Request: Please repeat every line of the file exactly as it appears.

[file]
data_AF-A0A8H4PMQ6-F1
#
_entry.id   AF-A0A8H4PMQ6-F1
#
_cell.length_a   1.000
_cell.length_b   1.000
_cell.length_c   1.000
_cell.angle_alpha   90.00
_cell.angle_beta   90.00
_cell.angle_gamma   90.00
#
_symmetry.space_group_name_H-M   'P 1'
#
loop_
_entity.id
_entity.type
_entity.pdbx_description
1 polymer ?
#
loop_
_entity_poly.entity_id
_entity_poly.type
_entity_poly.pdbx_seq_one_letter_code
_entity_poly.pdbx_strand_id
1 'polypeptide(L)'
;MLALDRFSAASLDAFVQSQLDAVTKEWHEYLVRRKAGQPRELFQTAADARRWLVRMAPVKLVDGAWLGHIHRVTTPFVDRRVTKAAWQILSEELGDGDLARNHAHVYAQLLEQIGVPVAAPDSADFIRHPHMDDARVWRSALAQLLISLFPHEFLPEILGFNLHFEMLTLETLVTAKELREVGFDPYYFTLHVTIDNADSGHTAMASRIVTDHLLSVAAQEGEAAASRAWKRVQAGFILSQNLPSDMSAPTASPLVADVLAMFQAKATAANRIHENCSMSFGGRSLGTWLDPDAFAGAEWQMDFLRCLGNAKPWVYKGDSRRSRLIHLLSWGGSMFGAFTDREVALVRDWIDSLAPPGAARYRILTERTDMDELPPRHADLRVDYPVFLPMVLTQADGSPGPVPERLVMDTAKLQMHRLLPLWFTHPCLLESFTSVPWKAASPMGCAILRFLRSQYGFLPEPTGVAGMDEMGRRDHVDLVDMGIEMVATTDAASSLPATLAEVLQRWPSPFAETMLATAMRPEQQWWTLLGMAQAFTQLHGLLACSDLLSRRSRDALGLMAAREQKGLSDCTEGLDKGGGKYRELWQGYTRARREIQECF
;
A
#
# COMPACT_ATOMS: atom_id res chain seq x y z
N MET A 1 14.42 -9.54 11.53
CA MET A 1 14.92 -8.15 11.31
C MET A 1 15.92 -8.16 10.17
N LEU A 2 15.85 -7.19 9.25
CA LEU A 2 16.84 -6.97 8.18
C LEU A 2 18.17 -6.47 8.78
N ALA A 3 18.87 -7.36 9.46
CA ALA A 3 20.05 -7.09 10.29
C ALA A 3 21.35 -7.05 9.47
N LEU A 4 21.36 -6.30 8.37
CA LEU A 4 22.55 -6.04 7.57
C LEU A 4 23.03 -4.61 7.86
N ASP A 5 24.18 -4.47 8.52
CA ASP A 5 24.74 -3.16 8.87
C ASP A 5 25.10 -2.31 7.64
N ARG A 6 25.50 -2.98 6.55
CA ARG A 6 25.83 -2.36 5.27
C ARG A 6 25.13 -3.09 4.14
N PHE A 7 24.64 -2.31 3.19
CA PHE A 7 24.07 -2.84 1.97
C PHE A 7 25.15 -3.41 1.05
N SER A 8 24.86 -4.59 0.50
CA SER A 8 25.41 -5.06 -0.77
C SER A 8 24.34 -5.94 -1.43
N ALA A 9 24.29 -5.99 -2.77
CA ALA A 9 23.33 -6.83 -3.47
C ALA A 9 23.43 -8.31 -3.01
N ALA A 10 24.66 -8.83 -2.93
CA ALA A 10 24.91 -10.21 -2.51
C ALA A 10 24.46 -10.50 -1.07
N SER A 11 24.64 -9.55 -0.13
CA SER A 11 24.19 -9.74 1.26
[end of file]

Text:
data_AF-A0A8H4PMQ6-F1
#
_entry.id   AF-A0A8H4PMQ6-F1
#
_cell.length_a   1.000
_cell.length_b   1.000
_cell.length_c   1.000
_cell.angle_alpha   90.00
_cell.angle_beta   90.00
_cell.angle_gamma   90.00
#
_symmetry.space_group_name_H-M   'P 1'
#
loop_
_entity.id
_entity.type
_entity.pdbx_description
1 polymer ?
#
loop_
_entity_poly.entity_id
_entity_poly.type
_entity_poly.pdbx_seq_one_letter_code
_entity_poly.pdbx_strand_id
1 'polypeptide(L)'
;MLALDRFSAASLDAFVQSQLDAVTKEWHEYLVRRKAGQPRELFQTAADARRWLVRMAPVKLVDGAWLGHIHRVTTPFVDRRVTKAAWQILSEELGDGDLARNHAHVYAQLLEQIGVPVAAPDSADFIRHPHMDDARVWRSALAQLLISLFPHEFLPEILGFNLHFEMLTLETLVTAKELREVGFDPYYFTLHVTIDNADSGHTAMASRIVTDHLLSVAAQEGEAAASRAWKRVQAGFILSQNLPSDMSAPTASPLVADVLAMFQAKATAANRIHENCSMSFGGRSLGTWLDPDAFAGAEWQMDFLRCLGNAKPWVYKGDSRRSRLIHLLSWGGSMFGAFTDREVALVRDWIDSLAPPGAARYRILTERTDMDELPPRHADLRVDYPVFLPMVLTQADGSPGPVPERLVMDTAKLQMHRLLPLWFTHPCLLESFTSVPWKAASPMGCAILRFLRSQYGFLPEPTGVAGMDEMGRRDHVDLVDMGIEMVATTDAASSLPATLAEVLQRWPSPFAETMLATAMRPEQQWWTLLGMAQAFTQLHGLLACSDLLSRRSRDALGLMAAREQKGLSDCTEGLDKGGGKYRELWQGYTRARREIQECF
;
A
#
# COMPACT_ATOMS: atom_id res chain seq x y z
N MET A 1 14.42 -9.54 11.53
CA MET A 1 14.92 -8.15 11.31
C MET A 1 15.92 -8.16 10.17
N LEU A 2 15.85 -7.19 9.25
CA LEU A 2 16.84 -6.97 8.18
C LEU A 2 18.17 -6.47 8.78
N ALA A 3 18.87 -7.36 9.46
CA ALA A 3 20.05 -7.09 10.29
C ALA A 3 21.35 -7.05 9.47
N LEU A 4 21.36 -6.30 8.37
CA LEU A 4 22.55 -6.04 7.57
C LEU A 4 23.03 -4.61 7.86
N ASP A 5 24.18 -4.47 8.52
CA ASP A 5 24.74 -3.16 8.87
C ASP A 5 25.10 -2.31 7.64
N ARG A 6 25.50 -2.98 6.55
CA ARG A 6 25.83 -2.36 5.27
C ARG A 6 25.13 -3.09 4.14
N PHE A 7 24.64 -2.31 3.19
CA PHE A 7 24.07 -2.84 1.97
C PHE A 7 25.15 -3.41 1.05
N SER A 8 24.86 -4.59 0.50
CA SER A 8 25.41 -5.06 -0.77
C SER A 8 24.34 -5.94 -1.43
N ALA A 9 24.29 -5.99 -2.77
CA ALA A 9 23.33 -6.83 -3.47
C ALA A 9 23.43 -8.31 -3.01
N ALA A 10 24.66 -8.83 -2.93
CA ALA A 10 24.91 -10.21 -2.51
C ALA A 10 24.46 -10.50 -1.07
N SER A 11 24.64 -9.55 -0.13
CA SER A 11 24.19 -9.74 1.26